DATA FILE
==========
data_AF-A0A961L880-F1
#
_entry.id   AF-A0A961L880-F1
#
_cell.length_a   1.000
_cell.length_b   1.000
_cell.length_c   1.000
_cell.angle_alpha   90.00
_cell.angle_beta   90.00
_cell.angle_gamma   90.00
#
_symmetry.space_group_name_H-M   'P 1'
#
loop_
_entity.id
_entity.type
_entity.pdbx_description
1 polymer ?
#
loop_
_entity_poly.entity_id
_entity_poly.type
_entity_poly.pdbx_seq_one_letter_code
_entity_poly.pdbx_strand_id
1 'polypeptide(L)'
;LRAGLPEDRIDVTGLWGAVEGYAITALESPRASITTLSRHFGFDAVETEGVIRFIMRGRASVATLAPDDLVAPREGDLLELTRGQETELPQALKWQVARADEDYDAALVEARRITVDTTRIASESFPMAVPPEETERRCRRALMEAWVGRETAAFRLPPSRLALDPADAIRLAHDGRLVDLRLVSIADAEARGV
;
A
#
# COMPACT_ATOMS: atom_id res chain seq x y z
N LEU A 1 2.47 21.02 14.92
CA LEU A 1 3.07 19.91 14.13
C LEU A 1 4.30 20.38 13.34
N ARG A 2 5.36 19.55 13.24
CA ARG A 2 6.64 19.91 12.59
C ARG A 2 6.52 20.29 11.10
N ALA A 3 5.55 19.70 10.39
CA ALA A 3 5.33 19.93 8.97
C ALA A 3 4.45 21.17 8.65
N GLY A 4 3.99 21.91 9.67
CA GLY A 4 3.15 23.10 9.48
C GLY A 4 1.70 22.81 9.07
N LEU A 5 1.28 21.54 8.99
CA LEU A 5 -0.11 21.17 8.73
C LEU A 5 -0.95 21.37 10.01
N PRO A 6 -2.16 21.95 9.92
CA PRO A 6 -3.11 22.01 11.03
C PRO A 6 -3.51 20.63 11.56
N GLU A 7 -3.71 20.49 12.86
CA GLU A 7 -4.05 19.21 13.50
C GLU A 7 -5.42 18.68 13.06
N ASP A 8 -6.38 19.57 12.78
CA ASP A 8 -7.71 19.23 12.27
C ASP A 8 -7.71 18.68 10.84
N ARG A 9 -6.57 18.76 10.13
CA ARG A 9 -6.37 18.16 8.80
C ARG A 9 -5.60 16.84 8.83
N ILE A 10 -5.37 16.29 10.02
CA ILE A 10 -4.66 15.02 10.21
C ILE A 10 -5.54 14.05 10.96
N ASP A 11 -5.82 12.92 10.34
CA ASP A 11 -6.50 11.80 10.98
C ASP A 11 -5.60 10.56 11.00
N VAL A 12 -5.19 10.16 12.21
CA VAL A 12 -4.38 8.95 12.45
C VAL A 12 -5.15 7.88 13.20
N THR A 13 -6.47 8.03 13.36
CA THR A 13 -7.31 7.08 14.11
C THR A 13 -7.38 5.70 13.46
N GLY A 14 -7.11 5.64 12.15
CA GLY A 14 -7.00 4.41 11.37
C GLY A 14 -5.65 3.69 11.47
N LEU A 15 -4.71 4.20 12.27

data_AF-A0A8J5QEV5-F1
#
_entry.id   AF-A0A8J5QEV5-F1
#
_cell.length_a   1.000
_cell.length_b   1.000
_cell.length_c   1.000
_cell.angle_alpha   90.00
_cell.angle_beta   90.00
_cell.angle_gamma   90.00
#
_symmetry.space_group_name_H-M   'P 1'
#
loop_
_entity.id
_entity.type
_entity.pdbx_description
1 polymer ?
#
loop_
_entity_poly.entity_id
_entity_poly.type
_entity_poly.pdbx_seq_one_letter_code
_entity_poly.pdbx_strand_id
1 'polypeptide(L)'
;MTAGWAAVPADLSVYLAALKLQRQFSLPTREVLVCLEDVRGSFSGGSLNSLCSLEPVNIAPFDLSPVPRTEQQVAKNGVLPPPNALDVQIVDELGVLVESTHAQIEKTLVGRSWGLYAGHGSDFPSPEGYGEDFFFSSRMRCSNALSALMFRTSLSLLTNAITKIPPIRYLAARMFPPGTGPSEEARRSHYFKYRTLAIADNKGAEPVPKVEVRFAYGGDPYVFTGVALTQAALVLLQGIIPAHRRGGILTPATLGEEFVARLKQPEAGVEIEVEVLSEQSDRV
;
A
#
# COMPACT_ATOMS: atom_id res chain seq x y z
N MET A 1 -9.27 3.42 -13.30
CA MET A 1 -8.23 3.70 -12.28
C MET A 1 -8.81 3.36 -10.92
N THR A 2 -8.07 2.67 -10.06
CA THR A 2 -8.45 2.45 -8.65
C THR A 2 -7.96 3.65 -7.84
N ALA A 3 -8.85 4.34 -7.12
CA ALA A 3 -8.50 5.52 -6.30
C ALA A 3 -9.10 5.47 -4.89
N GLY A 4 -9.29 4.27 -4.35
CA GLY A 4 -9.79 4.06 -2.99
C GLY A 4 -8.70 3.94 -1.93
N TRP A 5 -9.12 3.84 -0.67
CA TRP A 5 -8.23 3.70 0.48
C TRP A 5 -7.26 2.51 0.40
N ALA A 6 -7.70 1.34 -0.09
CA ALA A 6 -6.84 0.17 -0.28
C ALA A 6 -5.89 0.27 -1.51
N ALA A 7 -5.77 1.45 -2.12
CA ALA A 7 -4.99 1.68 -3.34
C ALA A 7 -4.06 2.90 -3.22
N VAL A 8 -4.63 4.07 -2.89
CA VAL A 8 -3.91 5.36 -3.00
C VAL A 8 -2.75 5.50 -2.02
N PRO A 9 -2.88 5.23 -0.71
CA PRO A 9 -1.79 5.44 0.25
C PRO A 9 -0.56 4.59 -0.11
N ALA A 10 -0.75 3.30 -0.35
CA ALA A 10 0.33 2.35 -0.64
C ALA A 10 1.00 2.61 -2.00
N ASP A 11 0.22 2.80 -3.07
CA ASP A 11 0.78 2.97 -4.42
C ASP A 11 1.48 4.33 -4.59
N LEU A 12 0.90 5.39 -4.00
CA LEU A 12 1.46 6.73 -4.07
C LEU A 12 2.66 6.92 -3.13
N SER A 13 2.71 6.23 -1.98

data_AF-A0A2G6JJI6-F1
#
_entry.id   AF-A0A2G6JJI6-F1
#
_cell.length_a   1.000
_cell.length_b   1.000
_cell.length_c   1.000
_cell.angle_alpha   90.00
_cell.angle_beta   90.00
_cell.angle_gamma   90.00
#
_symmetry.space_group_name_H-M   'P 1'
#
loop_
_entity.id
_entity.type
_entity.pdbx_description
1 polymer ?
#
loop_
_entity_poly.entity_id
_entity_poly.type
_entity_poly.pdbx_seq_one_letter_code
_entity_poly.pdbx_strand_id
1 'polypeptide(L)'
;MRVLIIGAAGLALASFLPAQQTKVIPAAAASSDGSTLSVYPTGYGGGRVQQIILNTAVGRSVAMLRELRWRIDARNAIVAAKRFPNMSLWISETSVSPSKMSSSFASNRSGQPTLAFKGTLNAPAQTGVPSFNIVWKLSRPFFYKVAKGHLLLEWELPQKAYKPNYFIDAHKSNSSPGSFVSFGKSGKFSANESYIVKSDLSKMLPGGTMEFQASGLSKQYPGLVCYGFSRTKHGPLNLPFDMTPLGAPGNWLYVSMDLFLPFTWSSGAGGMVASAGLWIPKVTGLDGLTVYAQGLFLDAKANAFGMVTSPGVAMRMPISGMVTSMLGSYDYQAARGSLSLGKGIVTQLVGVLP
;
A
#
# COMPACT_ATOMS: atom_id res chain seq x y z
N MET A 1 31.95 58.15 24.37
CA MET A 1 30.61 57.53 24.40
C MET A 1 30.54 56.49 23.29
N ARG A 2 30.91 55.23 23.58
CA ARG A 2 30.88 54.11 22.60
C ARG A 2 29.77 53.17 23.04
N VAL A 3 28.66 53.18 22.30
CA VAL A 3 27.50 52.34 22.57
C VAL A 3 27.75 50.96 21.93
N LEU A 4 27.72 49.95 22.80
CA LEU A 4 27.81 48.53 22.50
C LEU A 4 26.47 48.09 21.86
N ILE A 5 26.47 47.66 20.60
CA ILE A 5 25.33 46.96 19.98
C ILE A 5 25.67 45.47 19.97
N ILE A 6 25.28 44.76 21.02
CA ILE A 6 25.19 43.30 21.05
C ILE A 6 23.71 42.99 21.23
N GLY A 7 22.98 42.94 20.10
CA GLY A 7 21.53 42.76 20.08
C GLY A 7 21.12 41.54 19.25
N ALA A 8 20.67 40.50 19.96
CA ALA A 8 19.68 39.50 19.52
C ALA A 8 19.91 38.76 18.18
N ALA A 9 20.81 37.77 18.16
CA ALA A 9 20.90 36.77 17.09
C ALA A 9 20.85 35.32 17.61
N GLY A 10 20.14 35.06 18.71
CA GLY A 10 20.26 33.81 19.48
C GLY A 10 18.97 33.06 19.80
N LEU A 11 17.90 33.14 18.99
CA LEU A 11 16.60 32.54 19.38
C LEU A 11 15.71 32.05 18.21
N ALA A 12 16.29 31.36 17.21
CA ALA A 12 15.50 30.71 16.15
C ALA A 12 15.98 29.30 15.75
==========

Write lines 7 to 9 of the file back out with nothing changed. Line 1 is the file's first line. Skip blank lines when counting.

_cell.length_c   1.000
_cell.angle_alpha   90.00
_cell.angle_beta   90.00